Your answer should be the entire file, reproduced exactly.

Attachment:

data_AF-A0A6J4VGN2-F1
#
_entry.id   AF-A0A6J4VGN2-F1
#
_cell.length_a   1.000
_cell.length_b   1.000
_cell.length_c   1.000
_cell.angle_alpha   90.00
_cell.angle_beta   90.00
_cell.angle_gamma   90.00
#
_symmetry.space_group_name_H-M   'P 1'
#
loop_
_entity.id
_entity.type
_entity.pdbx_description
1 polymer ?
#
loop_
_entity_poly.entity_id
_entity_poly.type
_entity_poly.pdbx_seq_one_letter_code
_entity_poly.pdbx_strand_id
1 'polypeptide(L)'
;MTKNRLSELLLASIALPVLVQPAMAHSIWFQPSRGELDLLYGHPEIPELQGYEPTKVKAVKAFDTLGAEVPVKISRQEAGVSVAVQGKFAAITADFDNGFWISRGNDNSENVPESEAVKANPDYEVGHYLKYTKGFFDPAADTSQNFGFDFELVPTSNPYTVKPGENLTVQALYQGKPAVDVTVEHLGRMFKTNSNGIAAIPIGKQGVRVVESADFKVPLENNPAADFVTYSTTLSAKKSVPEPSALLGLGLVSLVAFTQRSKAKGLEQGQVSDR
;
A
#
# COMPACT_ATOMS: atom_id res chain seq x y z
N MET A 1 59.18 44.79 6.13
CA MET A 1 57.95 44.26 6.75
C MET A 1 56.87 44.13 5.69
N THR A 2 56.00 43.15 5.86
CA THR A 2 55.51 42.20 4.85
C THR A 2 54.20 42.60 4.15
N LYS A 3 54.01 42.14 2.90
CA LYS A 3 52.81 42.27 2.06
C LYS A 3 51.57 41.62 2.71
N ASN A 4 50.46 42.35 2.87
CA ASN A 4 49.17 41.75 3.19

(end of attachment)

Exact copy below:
data_AF-A0A6J4VGN2-F1
#
_entry.id   AF-A0A6J4VGN2-F1
#
_cell.length_a   1.000
_cell.length_b   1.000
_cell.length_c   1.000
_cell.angle_alpha   90.00
_cell.angle_beta   90.00
_cell.angle_gamma   90.00
#
_symmetry.space_group_name_H-M   'P 1'
#
loop_
_entity.id
_entity.type
_entity.pdbx_description
1 polymer ?
#
loop_
_entity_poly.entity_id
_entity_poly.type
_entity_poly.pdbx_seq_one_letter_code
_entity_poly.pdbx_strand_id
1 'polypeptide(L)'
;MTKNRLSELLLASIALPVLVQPAMAHSIWFQPSRGELDLLYGHPEIPELQGYEPTKVKAVKAFDTLGAEVPVKISRQEAGVSVAVQGKFAAITADFDNGFWISRGNDNSENVPESEAVKANPDYEVGHYLKYTKGFFDPAADTSQNFGFDFELVPTSNPYTVKPGENLTVQALYQGKPAVDVTVEHLGRMFKTNSNGIAAIPIGKQGVRVVESADFKVPLENNPAADFVTYSTTLSAKKSVPEPSALLGLGLVSLVAFTQRSKAKGLEQGQVSDR
;
A
#
# COMPACT_ATOMS: atom_id res chain seq x y z
N MET A 1 59.18 44.79 6.13
CA MET A 1 57.95 44.26 6.75
C MET A 1 56.87 44.13 5.69
N THR A 2 56.00 43.15 5.86
CA THR A 2 55.51 42.20 4.85
C THR A 2 54.20 42.60 4.15
N LYS A 3 54.01 42.14 2.90
CA LYS A 3 52.81 42.27 2.06
C LYS A 3 51.57 41.62 2.71
N ASN A 4 50.46 42.35 2.87
CA ASN A 4 49.17 41.75 3.19